Royal Navy rescue helicopter engineers have received an award for their achievements by aviation manufacturers Rolls-Royce.
The teams at HMS Gannet in Scotland and the Naval Air Squadron at Culdrose in Cornwall have both shared in the award, made annually by the multinational company.
The Sea King helicopters of the Prestwick-based crews are the busiest search-and rescue craft in Britain, helping with mountain rescue in a large area of western Scotland and northern England.
The Cornish crews also provide search and rescue cover in the West of England.
The Rolls-Royce Aviation Engineering Efficiency Award was made to the Navy Command Sea King Helicopter Force, which includes both bases.
The accolade was awarded to the command for its contribution to UK search and rescue and operations in Afghanistan, and specifically, for the engineering effort and innovation that has allowed the various squadrons to meet the overall demand for their Sea King.
Commander Andy Thompson, the Navy Command headquarters air engineer officer, said: “Gannet SAR Flight, along with her sister unit of 771 at Culdrose, have delivered unprecedented levels of search and rescue response this year.
“And simultaneously they have provided essential night-vision-goggle and environmental training for the SKASAC, which delivers support to joint operations in Afghanistan.”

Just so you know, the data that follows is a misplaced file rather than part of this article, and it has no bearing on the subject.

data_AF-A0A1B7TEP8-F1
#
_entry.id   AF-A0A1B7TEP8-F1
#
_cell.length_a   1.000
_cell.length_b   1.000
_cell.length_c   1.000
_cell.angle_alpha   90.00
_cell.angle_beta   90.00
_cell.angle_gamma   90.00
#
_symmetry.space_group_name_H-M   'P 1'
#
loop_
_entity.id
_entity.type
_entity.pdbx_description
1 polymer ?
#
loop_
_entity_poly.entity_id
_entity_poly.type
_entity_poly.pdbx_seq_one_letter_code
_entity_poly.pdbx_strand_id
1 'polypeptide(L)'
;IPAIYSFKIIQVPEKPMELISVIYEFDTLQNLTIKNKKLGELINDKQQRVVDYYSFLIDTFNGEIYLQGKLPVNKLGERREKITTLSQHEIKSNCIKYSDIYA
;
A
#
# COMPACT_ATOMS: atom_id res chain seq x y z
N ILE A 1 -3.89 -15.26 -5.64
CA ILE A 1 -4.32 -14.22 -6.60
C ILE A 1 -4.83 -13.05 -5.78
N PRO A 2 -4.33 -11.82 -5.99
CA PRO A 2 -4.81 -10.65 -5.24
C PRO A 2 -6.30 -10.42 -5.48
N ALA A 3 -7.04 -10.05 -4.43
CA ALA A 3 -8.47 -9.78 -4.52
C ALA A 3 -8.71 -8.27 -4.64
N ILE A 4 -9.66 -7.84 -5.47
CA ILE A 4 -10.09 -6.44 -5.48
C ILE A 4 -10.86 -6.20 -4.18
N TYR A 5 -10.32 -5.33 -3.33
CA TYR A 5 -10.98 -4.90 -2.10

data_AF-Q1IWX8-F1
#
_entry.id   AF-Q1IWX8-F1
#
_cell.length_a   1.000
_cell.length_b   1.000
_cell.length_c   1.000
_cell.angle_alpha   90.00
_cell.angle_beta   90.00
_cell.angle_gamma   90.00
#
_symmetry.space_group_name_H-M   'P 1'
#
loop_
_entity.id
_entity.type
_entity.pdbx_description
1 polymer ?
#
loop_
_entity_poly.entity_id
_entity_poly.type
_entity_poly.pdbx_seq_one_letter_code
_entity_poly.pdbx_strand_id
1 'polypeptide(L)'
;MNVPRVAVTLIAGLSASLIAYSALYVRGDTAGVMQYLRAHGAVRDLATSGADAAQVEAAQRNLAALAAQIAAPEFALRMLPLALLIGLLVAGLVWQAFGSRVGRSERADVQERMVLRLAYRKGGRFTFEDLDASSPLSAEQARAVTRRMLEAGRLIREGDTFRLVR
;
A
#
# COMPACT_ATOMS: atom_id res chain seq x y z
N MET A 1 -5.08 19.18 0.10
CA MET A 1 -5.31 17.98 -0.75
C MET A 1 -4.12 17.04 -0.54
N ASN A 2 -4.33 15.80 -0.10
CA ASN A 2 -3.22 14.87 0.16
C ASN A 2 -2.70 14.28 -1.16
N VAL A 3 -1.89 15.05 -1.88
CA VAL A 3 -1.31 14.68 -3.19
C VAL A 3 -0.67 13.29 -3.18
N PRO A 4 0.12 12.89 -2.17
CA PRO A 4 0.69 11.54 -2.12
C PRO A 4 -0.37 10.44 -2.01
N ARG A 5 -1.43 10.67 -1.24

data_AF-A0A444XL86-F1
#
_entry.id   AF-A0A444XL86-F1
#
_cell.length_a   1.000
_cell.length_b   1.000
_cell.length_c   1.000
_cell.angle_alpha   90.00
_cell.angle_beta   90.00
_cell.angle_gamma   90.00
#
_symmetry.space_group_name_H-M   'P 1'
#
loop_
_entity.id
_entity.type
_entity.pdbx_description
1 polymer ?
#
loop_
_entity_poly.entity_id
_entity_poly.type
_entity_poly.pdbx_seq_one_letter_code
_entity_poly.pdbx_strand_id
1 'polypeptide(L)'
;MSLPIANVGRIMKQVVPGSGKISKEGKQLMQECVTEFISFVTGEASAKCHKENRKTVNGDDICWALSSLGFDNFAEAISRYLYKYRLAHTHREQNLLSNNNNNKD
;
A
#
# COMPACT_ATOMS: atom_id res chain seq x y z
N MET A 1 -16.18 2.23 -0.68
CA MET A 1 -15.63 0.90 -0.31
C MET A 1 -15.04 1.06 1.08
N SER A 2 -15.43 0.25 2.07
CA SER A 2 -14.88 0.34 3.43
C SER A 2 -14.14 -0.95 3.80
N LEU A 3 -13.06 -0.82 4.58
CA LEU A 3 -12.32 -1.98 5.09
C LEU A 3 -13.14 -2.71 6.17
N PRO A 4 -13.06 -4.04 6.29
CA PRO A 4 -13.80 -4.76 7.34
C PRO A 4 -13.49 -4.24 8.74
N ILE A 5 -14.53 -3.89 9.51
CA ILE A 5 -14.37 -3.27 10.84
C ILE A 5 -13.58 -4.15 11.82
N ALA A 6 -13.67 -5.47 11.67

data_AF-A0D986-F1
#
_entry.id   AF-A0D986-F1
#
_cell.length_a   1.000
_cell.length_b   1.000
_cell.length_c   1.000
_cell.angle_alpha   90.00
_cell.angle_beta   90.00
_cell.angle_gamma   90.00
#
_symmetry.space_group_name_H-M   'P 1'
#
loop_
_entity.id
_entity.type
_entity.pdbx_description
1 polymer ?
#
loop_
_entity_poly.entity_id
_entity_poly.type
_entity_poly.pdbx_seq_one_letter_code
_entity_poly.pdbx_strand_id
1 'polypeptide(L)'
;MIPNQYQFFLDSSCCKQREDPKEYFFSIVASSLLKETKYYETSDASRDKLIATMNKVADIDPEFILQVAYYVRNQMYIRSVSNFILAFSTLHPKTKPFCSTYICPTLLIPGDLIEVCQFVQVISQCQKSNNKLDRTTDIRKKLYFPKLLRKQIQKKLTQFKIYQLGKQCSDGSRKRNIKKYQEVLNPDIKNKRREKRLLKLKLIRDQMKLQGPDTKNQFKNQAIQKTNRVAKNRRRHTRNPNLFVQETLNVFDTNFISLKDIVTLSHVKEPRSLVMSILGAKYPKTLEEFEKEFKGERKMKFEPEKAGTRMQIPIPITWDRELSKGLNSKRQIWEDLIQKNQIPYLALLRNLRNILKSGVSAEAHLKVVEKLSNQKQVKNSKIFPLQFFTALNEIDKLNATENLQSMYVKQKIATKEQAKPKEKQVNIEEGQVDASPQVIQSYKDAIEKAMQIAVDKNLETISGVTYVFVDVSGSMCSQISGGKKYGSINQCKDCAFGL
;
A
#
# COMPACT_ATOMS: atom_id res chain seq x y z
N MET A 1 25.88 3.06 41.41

Gannet’s commanding officer Lieutenant Commander Debdash Bhattacharya added: “This award reflects the exceptional level of engineering support that is essential in allowing us to provide unbroken SAR cover 24 hours a day, 365 days a year.
“The superb effort by the engineering personnel who work in all weathers, day and night, to ensure that the SAR aircraft is available has allowed HMS Gannet to be the busiest SAR unit in the UK over the last three years – not only that but to set and break the record for the number of call-outs in each of those years resulting in an all-time high of 447 call-outs in 2009.
“As you can tell, I am very proud that Gannet has played a part in securing this award for the Navy Command Sea King Helicopter Force.”
The airborne support of the Sea King helicopters of the Royal Navy and Royal Air Force to the volunteer mountain rescue teams enable injured walkers and climbers to be reached and airlifted from Britain’s mountains more quickly than by foot.
The teams are also aided by the Coastguard Sikorsky helicopters.
The Coalition Government announced last month it was shelving the £7bn scheme to replace the Sea King helicopters in a part-privatisation that would have seen HMS Gannet closed and its crews moved to Glasgow airport.